SF: We write about the past to write about today. In the end, Saturnalia isn’t really about an imagined future Philadelphia, but what it’s like for us now, to struggle with the challenges we’re facing.

AD: The existential dilemma of the 21st century is how to live in a dying world, right? Systemic corruption in power structures, the decimation of natural resources, pandemics, climate change — our novels wrestle with all of these. We’ve talked a great deal about how, for us, it’s impossible to write horror without thinking about nature and place, but I wonder, too, if it’s just impossible these days to write about nature and place without telling a horror story? Honestly, I didn’t set out to write an ecohorror novel when I started The Hollow Kind. I just wanted to tell a story about a woman and her son in a haunted house! Yet here we are, talking about the whole of the earth as a crumbling Gothic structure!

SF: The world-that-was.

AD: The world-that-was.


Stephanie Feldman is the author of the debut novel The Angel of Losses, and is a Barnes & Noble Discover Great New Writers selection, winner of the Crawford Fantasy Award, and finalist for the Mythopoeic Award. She is co-editor of the multigenre anthology Who Will Speak for America? (2018), and her stories and essays have appeared in Asimov’s Science Fiction, Catapult Magazine, Electric Literature, The Magazine of Fantasy & Science Fiction, The Rumpus, and Vol. 1 Brooklyn.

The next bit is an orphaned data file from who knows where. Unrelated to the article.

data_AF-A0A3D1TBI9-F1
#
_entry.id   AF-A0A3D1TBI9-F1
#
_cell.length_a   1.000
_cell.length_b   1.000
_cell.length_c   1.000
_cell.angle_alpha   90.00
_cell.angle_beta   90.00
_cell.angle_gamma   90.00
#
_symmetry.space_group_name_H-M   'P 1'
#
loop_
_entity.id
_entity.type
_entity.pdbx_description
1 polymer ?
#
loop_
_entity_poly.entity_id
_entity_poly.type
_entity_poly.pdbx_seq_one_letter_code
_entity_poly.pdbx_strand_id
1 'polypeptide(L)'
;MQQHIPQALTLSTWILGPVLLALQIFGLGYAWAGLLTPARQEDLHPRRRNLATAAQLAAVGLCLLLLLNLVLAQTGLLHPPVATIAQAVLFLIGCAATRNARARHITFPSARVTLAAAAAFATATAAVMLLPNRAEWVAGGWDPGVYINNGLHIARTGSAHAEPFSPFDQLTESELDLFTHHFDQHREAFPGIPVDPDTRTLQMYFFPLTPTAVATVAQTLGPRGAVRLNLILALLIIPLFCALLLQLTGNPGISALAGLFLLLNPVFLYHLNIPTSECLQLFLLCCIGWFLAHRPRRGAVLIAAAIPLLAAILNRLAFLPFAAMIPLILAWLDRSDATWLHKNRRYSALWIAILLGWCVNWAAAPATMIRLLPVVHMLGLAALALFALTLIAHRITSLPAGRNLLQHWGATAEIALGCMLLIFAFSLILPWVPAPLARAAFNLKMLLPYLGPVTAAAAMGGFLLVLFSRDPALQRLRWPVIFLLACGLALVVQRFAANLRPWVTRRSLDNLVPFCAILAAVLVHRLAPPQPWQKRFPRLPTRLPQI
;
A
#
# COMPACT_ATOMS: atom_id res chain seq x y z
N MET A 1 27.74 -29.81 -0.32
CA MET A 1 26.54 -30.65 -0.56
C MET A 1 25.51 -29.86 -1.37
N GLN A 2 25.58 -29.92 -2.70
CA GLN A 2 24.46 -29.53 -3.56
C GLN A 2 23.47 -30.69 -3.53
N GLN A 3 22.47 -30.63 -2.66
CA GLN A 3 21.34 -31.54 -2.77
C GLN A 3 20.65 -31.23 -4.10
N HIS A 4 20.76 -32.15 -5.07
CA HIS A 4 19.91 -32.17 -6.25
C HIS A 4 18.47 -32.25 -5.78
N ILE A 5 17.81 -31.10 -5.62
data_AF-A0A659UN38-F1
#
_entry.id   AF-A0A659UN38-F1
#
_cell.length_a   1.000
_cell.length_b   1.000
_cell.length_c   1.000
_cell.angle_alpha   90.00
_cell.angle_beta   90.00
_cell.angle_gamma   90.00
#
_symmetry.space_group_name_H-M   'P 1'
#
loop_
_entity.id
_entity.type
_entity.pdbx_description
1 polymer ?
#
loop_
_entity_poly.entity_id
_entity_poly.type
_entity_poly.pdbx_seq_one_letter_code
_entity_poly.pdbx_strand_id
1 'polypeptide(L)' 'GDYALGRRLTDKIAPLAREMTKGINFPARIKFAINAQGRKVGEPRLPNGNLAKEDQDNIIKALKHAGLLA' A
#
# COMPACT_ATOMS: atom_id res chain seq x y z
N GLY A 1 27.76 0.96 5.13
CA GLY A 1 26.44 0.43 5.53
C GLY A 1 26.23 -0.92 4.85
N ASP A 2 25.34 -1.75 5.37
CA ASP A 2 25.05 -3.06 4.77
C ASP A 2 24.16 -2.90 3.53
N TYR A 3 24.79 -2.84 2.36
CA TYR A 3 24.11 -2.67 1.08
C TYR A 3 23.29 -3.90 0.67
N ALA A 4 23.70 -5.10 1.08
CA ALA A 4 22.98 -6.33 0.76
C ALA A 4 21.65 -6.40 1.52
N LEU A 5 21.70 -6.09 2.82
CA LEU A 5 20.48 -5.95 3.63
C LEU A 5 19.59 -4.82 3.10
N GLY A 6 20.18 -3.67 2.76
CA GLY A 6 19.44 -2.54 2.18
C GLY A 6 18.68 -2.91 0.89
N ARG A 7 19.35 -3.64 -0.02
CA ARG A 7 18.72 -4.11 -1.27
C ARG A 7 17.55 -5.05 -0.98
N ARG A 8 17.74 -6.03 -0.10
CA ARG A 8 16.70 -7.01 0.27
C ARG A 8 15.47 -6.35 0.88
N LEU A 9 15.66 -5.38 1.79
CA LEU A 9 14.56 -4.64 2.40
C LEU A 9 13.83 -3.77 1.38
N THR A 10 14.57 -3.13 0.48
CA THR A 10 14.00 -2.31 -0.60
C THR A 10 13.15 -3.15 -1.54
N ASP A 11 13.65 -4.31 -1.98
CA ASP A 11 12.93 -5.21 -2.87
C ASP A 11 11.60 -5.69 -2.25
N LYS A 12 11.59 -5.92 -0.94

Andy Davidson is the Bram Stoker Award–nominated author of In the Valley of the Sun (2017) and The Boatman’s Daughter, which was listed among NPR’s Best Books of 2020, the New York Public Library’s Best Adult Books of the Year, and Library Journal’s Best Horror of 2020. Born and raised in Arkansas, he makes his home in Georgia with his wife and a bunch of cats.

LARB Contributors

Stephanie Feldman is the author of the debut novel The Angel of Losses, and is a Barnes & Noble Discover Great New Writers selection, winner of the Crawford Fantasy Award, and finalist for the Mythopoeic Award. She is co-editor of the multigenre anthology Who Will Speak for America? (2018), and her stories and essays have appeared in Asimov’s Science Fiction, Catapult Magazine, Electric Literature, The Magazine of Fantasy & Science Fiction, The Rumpus, and Vol. 1 Brooklyn. She lives outside Philadelphia with her family.
Andy Davidson is the Bram Stoker Award–nominated author of In the Valley of the Sun (2017) and The Boatman’s Daughter, which was listed among NPR’s Best Books of 2020, the New York Public Library’s Best Adult Books of the Year, and Library Journal’s Best Horror of 2020. Born and raised in Arkansas, he makes his home in Georgia with his wife and a bunch of cats.